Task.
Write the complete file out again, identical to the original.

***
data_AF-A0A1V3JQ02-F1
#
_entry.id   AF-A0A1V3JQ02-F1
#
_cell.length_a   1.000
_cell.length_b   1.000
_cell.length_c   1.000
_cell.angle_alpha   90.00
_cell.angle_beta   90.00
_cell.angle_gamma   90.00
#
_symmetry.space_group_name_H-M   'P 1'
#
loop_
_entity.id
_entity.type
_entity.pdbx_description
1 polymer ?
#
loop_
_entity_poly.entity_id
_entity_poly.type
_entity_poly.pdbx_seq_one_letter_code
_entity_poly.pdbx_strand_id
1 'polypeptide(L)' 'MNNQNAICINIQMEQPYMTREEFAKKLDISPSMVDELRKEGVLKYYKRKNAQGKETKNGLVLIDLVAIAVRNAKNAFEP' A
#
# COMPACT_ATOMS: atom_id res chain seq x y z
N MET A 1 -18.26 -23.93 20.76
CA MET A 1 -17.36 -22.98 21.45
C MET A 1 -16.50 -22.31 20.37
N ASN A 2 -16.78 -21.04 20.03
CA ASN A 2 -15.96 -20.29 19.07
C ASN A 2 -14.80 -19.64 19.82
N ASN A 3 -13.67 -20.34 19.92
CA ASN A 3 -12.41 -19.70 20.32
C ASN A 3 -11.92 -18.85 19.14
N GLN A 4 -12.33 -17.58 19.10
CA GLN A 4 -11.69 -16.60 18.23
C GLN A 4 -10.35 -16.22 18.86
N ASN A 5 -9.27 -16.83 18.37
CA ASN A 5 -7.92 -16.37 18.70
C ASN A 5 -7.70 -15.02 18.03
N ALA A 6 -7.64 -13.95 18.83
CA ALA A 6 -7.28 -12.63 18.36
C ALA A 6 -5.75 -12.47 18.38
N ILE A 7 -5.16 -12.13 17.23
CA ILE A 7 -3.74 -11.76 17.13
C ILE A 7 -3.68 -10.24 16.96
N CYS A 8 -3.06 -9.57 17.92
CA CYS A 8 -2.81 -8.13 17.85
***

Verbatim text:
data_AF-A0A1V3JQ02-F1
#
_entry.id   AF-A0A1V3JQ02-F1
#
_cell.length_a   1.000
_cell.length_b   1.000
_cell.length_c   1.000
_cell.angle_alpha   90.00
_cell.angle_beta   90.00
_cell.angle_gamma   90.00
#
_symmetry.space_group_name_H-M   'P 1'
#
loop_
_entity.id
_entity.type
_entity.pdbx_description
1 polymer ?
#
loop_
_entity_poly.entity_id
_entity_poly.type
_entity_poly.pdbx_seq_one_letter_code
_entity_poly.pdbx_strand_id
1 'polypeptide(L)' 'MNNQNAICINIQMEQPYMTREEFAKKLDISPSMVDELRKEGVLKYYKRKNAQGKETKNGLVLIDLVAIAVRNAKNAFEP' A
#
# COMPACT_ATOMS: atom_id res chain seq x y z
N MET A 1 -18.26 -23.93 20.76
CA MET A 1 -17.36 -22.98 21.45
C MET A 1 -16.50 -22.31 20.37
N ASN A 2 -16.78 -21.04 20.03
CA ASN A 2 -15.96 -20.29 19.07
C ASN A 2 -14.80 -19.64 19.82
N ASN A 3 -13.67 -20.34 19.92
CA ASN A 3 -12.41 -19.70 20.32
C ASN A 3 -11.92 -18.85 19.14
N GLN A 4 -12.33 -17.58 19.10
CA GLN A 4 -11.69 -16.60 18.23
C GLN A 4 -10.35 -16.22 18.86
N ASN A 5 -9.27 -16.83 18.37
CA ASN A 5 -7.92 -16.37 18.70
C ASN A 5 -7.70 -15.02 18.03
N ALA A 6 -7.64 -13.95 18.83
CA ALA A 6 -7.28 -12.63 18.36
C ALA A 6 -5.75 -12.47 18.38
N ILE A 7 -5.16 -12.13 17.23
CA ILE A 7 -3.74 -11.76 17.13
C ILE A 7 -3.68 -10.24 16.96
N CYS A 8 -3.06 -9.57 17.92
CA CYS A 8 -2.81 -8.13 17.85